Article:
Categories
Editorial

In Search of Human Excellence

Good morning world! 

Borderless Journal today completes three full months of its virtual existence and will take a plunge towards a refreshed image. We hope to be a monthly from now on to serve you better, to do more justice to our submissions which continue to be overwhelming in numbers.

Meanwhile, in our pages, we have tried to connect mankind with ideas and thoughts that move away from borders drawn to divide humans — we want a world that transcends race, colour, creed or nationality. The only thing we look for is connectivity and coherence. We want to see the best in humans, what makes us strong and what carries us forward into a world that is not fragmented by fears, anger, hatred and marginalised thoughts.

Marginalisation also creates borders because there are humans within the border who for some reason are seen as different from humans without the border. I am not thinking of equality but of equity, where we can all feel we have been treated with justice. 

These few months we had writing not just on COVID 19, lockdowns, quarantines and opening of lockdowns, but also stories of major natural calamities like the Amphan, race riots like that of Floyd’s and more. Perhaps, the latest riots in America, will make us all realise that in every country, every culture, we have our own Floyds. And to acknowledge that we are of the same flesh and blood as the marginalised or underprivileged masses is a mammoth task for all mankind. We need to rise above things that divide and fill the world with love, kindness and tolerance.

Mark Twain in A Connecticut Yankee in King Arthur’s Court (1889) has the protagonist who travels back in time to Camelot observe prisoners from the underprivileged masses waiting to be sentenced and he thinks:” …they are white Indians.” Indians, meaning the Red Indians who had their housing and way of life shrunk into reserves in the same year in Minnesota the book was published — 1889. In 1887, their land had been taken away by the Dawes Act signed by the US President Cleveland. Was it just — taking away the land in which they had lived for centuries? Was it just to hate someone for having a different culture or a different way of life anywhere in the world at any point in history? Was it just to have slaves? Was it just to kill Floyd? Was it just to kill in the name of creed, or on the basis of what people eat? Was it just to give people no work, no food and no transport and have them walk till they dropped dead?

To me, all these are Floyds of the modern-day world, people killed in mob violence or for following different food habits, lifestyles, cultures or beliefs. History speaks only the truth. It is heartless and as Churchill said, “History is written by the victors.” And the victors to perpetrate their hegemony, create margins for those they dominate — the ruled become the marginalised and non-marginalised as that makes it easy for power brokers to fan differences to maintain their own strength. In the colonial period, they called it divide and rule.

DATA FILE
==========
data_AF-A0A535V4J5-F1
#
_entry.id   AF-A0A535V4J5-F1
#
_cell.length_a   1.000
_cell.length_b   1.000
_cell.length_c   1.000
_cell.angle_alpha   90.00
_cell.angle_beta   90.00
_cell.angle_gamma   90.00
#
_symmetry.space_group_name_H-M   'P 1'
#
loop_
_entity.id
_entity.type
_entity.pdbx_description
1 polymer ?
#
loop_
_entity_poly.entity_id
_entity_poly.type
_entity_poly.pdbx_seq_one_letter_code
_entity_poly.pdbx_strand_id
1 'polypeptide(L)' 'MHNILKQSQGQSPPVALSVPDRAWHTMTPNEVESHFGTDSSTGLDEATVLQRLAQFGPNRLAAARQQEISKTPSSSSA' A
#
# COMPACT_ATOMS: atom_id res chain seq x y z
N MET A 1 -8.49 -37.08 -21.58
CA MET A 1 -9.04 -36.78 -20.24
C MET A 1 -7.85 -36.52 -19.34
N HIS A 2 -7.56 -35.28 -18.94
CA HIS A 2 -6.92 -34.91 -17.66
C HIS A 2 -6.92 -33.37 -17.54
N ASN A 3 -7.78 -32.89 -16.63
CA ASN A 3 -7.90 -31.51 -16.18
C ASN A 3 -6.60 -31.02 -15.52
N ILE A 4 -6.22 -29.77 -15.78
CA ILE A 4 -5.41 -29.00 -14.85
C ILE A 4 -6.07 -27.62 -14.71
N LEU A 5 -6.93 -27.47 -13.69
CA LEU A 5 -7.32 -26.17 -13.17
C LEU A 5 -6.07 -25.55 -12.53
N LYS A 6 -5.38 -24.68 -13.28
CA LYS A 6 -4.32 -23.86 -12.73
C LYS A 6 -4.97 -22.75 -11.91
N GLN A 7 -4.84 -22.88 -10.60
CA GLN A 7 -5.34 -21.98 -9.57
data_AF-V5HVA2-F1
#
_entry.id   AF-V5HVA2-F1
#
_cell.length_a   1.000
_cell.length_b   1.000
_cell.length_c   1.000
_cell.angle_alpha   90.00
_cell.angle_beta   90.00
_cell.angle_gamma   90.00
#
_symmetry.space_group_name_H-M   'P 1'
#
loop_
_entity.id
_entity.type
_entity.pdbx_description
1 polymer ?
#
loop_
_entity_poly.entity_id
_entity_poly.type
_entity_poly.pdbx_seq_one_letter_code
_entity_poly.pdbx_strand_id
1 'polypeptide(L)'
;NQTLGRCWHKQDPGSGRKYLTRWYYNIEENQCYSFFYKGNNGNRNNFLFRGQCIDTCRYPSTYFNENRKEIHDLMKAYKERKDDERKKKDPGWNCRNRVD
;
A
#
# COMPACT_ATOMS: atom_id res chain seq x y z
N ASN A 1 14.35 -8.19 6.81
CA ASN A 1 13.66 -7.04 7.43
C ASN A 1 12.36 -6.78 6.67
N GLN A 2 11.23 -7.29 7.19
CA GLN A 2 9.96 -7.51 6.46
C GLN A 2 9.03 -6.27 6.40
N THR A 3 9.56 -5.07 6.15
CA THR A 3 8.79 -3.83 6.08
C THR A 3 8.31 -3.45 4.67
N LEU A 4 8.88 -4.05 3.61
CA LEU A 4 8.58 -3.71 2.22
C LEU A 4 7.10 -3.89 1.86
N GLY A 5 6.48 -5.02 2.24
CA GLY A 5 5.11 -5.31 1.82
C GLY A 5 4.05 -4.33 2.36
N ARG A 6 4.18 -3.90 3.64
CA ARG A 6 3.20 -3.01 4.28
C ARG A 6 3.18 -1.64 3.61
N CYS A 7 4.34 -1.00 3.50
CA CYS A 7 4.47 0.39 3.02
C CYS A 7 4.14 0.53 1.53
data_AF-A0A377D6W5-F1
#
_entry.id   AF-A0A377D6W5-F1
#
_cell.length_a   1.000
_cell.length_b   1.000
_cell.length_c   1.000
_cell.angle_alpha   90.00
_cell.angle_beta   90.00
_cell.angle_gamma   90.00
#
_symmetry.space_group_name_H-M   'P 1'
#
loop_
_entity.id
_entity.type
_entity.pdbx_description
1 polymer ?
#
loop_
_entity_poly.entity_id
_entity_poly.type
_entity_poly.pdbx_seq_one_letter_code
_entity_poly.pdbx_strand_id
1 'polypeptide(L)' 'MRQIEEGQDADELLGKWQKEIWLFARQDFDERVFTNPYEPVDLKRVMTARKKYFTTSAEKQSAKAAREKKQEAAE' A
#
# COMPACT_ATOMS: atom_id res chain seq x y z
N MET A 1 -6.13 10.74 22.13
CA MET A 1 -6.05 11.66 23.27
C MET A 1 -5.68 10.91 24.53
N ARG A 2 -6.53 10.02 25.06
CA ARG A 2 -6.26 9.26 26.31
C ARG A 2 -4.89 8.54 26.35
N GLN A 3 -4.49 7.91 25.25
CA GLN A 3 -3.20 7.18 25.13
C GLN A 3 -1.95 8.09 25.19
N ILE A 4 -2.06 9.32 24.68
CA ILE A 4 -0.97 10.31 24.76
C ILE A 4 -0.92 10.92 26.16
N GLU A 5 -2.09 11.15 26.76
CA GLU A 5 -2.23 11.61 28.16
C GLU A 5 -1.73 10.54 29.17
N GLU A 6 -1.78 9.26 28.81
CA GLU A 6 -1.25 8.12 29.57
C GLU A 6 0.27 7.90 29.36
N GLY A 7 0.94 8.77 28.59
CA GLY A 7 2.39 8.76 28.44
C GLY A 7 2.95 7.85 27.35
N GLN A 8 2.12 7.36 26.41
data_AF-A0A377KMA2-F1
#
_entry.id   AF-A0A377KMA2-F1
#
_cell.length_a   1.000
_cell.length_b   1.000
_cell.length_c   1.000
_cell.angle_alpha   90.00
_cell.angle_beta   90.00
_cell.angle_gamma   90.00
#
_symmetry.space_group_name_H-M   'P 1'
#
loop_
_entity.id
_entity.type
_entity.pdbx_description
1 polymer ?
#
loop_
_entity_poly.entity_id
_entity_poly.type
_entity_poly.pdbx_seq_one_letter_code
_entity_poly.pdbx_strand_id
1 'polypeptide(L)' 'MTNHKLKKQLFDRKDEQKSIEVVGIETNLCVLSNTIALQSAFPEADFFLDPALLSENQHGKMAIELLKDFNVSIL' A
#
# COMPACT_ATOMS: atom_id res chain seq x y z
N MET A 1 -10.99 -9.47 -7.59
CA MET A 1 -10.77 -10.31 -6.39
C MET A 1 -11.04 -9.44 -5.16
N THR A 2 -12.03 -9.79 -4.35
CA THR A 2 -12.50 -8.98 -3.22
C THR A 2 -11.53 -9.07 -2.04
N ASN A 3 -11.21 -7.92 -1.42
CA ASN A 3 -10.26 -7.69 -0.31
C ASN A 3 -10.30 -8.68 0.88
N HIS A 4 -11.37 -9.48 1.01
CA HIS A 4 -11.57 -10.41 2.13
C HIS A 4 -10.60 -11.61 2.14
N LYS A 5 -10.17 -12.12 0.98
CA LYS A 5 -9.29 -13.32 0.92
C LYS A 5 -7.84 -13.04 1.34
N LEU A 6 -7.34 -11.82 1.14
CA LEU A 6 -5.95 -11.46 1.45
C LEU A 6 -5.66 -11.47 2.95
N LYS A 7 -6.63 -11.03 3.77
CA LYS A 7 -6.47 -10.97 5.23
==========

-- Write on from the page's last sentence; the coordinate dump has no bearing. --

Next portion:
Toni Morrison, another lady with a great deal of wisdom, said in an interview, “Race is a construct, a social construct.” History, Yuval Noah Harari, and more have shown this assertion by Morrison to be a fact. All of these are man-made constructs. 

I have a very basic question: if we can accept the different colours in nature, why can we not find it in our hearts to accept differences not only of skin colour but of beliefs, of creeds and of food habits?  These are questions that Borderless seeks to explore, to find the weaves that connect mankind to help move towards a richer tapestry of humanity. This is just the start of the journey and we can all make it together.

Sara’s Selections in the loving nurture of Bookosmia hopes to integrate these larger values into the younger generation. 

Let us all lead by example with exemplary writing, with exemplary choice of subjects and with exemplary writing skills. We are open to comments and feedback by readers who are as necessary to the existence of writers and journals as air to breathe and live.

Welcome to an exploration of a world beyond borders! 

Mitali Chakravarty

Founding Editor,

Borderless Journal

Categories
Young Persons' Section

Sara’s Selections : May 2020

Everyone has a nose and an opinion on the new normal. It can get overwhelming sometimes. But there is one category whose views have been ignored and dismissed as ‘unimportant’ at a time when the world needs fresh voices and perspectives the most. 

That category is none other than children, the very same set who will inherit the world.

In a world obsessed with keeping children ‘engaged’, everyone is an expert on home-schooling and DIY ideas but no one pauses to ask children how they feel. 

How has life changed for the pre-teens and teenagers? What are family equations like? What do they miss? What are their aspirations? What moves them? What disappoints them? What surprises them? Who inspires them?

At Bookosmia, India’s premier writing platform for children, these are some of life’s intriguing answers the brightest young minds choose to share with Sara. 

Sara, the storyteller

Who is Sara? She is India’s first stereotype busting sports loving girl and storyteller. Sara is already a big hit amongst parents and kids alike. She was rightly and fondly called “our new best friend” by The Hindu and has since then been featured extensively for creating a repository of stories, poems and essays written by children, giving a unique insight into their minds.